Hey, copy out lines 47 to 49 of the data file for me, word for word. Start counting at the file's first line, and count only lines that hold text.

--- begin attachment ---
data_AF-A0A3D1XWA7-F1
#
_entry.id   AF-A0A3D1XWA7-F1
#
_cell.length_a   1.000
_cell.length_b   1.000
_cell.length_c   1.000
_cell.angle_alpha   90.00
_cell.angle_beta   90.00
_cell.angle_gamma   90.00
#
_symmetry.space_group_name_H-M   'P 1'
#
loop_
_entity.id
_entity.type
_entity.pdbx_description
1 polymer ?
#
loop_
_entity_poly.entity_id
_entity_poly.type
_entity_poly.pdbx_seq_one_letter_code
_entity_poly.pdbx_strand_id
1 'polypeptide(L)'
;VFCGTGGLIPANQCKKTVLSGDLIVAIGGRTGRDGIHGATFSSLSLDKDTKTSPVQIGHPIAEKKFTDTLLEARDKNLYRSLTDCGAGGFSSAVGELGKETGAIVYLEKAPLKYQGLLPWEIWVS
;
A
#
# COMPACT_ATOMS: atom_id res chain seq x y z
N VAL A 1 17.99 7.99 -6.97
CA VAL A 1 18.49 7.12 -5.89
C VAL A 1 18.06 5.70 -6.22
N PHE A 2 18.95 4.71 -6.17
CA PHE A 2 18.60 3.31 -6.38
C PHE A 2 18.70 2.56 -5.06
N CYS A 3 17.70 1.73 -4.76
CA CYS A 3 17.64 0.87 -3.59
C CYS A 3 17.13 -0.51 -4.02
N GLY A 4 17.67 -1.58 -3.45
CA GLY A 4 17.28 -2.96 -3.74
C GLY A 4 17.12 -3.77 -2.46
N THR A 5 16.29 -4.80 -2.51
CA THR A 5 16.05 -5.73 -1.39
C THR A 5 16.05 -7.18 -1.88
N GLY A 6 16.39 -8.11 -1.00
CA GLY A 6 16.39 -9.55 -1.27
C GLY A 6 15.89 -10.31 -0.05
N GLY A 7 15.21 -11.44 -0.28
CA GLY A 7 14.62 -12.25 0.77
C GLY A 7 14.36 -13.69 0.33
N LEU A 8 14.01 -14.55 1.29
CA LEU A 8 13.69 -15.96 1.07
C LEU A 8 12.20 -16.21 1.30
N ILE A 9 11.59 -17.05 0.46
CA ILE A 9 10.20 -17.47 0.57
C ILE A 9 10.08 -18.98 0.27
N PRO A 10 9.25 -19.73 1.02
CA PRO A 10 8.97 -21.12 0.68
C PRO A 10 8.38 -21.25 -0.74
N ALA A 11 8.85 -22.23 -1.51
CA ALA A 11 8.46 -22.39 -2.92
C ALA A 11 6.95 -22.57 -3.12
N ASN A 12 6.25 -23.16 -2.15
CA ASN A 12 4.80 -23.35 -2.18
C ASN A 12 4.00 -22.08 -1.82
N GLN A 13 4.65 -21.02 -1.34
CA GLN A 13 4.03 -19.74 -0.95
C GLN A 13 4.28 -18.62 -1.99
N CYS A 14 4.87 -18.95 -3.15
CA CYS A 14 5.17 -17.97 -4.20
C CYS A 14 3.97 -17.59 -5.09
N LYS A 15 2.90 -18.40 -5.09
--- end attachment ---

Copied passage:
CA GLY A 6 16.39 -9.55 -1.27
C GLY A 6 15.89 -10.31 -0.05
N GLY A 7 15.21 -11.44 -0.28